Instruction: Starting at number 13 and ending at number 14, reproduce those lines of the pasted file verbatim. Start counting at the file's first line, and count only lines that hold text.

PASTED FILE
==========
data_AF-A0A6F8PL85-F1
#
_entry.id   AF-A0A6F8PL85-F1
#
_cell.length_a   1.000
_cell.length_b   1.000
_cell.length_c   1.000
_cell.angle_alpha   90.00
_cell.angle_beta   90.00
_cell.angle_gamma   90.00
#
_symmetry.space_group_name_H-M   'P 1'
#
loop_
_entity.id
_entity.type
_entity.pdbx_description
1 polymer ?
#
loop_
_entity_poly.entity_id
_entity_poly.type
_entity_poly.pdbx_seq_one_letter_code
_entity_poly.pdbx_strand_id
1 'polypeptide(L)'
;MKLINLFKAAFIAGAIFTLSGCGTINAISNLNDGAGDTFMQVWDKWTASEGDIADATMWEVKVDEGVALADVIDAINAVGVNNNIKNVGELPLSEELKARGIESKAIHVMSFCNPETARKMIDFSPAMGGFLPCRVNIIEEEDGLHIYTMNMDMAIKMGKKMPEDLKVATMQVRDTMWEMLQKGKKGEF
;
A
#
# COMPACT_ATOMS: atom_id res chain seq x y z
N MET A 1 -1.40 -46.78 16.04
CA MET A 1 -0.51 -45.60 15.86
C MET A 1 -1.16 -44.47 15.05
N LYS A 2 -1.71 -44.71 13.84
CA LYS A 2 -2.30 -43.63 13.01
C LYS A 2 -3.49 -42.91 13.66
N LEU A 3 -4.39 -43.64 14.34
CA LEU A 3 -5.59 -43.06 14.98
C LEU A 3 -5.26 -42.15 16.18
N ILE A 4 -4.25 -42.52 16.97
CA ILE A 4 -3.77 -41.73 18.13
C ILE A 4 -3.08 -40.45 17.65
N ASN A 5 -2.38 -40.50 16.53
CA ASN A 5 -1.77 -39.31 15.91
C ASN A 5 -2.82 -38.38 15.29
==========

#
loop_